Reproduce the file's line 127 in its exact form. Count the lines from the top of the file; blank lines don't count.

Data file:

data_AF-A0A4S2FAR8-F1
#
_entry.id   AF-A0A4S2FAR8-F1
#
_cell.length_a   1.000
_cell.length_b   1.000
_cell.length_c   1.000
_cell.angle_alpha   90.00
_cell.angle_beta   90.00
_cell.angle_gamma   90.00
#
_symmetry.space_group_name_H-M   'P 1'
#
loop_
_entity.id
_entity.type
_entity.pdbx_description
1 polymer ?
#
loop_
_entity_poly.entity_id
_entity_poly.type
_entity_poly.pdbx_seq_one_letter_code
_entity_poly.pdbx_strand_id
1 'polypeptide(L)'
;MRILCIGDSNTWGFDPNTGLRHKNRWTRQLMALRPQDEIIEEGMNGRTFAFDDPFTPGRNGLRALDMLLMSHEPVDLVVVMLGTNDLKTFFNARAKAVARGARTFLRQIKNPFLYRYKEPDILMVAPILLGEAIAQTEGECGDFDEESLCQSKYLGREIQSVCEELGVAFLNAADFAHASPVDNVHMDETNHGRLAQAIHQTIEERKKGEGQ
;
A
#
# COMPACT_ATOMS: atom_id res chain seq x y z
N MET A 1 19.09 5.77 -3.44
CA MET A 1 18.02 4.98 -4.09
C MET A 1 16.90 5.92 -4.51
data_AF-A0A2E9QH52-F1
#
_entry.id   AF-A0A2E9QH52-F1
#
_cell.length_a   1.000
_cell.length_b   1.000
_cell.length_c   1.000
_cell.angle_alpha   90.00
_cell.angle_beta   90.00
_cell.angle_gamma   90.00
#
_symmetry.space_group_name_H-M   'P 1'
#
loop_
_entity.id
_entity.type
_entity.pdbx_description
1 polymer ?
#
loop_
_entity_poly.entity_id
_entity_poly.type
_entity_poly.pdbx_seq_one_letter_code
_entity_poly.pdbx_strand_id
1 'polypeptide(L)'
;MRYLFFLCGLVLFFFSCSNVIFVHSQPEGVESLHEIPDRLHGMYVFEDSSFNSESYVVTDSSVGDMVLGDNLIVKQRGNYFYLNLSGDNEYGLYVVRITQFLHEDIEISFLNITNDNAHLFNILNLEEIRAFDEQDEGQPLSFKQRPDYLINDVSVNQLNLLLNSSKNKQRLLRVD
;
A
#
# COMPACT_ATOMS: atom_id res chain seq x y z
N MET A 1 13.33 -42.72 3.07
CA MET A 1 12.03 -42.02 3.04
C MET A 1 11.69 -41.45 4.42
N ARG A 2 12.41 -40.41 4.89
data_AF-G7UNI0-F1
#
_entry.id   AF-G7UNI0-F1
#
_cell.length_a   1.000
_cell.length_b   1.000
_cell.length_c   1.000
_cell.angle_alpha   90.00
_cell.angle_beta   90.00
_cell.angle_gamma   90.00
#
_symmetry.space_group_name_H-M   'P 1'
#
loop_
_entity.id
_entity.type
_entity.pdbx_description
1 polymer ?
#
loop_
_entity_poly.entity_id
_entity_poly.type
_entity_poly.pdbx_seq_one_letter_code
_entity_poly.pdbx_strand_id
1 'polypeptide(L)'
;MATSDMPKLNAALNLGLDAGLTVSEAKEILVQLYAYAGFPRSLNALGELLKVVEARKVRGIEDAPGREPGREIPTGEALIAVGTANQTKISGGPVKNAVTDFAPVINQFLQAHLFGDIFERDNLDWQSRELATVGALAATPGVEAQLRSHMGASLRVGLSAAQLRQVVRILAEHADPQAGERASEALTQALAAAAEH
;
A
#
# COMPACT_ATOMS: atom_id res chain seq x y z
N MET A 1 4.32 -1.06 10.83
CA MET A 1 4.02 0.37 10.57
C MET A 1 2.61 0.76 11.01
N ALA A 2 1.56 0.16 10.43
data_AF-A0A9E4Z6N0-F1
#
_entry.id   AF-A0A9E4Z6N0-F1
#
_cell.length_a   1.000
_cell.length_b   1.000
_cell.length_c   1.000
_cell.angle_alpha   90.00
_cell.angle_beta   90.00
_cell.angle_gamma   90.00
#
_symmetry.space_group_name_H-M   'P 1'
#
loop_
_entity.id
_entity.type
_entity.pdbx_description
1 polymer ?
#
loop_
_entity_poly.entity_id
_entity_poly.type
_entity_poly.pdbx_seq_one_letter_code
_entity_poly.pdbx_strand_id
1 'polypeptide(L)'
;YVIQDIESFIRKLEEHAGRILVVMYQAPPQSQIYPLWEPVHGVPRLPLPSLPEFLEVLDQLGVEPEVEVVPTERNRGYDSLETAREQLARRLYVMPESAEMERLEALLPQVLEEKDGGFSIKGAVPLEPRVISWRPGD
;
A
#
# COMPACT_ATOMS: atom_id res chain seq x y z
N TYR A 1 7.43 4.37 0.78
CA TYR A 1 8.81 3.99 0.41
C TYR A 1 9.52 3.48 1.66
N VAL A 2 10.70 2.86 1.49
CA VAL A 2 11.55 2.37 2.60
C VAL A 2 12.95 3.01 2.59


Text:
;YVIQDIESFIRKLEEHAGRILVVMYQAPPQSQIYPLWEPVHGVPRLPLPSLPEFLEVLDQLGVEPEVEVVPTERNRGYDSLETAREQLARRLYVMPESAEMERLEALLPQVLEEKDGGFSIKGAVPLEPRVISWRPGD